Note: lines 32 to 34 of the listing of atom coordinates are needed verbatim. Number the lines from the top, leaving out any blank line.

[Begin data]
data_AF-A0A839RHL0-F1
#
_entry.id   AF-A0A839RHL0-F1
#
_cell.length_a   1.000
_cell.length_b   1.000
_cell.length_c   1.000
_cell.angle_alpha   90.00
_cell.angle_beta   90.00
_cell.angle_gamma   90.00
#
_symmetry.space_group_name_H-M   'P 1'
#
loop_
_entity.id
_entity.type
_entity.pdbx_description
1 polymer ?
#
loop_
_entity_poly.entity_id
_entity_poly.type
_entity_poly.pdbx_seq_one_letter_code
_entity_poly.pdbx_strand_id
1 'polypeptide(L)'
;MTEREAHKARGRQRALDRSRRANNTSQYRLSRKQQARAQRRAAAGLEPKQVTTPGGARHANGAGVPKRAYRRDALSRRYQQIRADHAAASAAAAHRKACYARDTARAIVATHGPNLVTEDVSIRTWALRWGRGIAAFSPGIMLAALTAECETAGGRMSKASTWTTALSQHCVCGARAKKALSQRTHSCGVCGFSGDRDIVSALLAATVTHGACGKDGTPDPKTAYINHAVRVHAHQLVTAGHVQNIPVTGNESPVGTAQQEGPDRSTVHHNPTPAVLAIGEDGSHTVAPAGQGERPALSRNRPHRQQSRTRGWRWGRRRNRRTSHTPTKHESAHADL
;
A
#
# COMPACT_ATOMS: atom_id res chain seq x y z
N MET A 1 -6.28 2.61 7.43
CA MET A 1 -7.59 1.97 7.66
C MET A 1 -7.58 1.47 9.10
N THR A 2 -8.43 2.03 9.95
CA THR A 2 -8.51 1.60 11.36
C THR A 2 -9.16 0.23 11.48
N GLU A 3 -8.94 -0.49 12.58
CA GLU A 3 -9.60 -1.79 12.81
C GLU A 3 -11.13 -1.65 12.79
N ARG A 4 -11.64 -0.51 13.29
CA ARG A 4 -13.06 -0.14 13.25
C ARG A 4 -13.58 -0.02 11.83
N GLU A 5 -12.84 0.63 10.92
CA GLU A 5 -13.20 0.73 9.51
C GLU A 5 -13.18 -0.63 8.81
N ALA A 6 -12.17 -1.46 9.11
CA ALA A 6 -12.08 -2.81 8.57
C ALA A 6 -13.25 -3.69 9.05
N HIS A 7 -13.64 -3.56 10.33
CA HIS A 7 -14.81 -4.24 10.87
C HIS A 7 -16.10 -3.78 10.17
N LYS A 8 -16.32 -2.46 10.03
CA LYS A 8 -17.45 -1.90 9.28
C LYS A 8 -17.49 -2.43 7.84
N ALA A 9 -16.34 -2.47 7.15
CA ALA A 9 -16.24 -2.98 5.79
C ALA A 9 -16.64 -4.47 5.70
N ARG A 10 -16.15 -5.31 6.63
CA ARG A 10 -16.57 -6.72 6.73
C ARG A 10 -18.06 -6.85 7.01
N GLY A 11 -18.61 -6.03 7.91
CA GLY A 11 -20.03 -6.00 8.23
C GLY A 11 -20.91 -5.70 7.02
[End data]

CA MET A 1 -7.59 1.97 7.66
C MET A 1 -7.58 1.47 9.10
N THR A 2 -8.43 2.03 9.95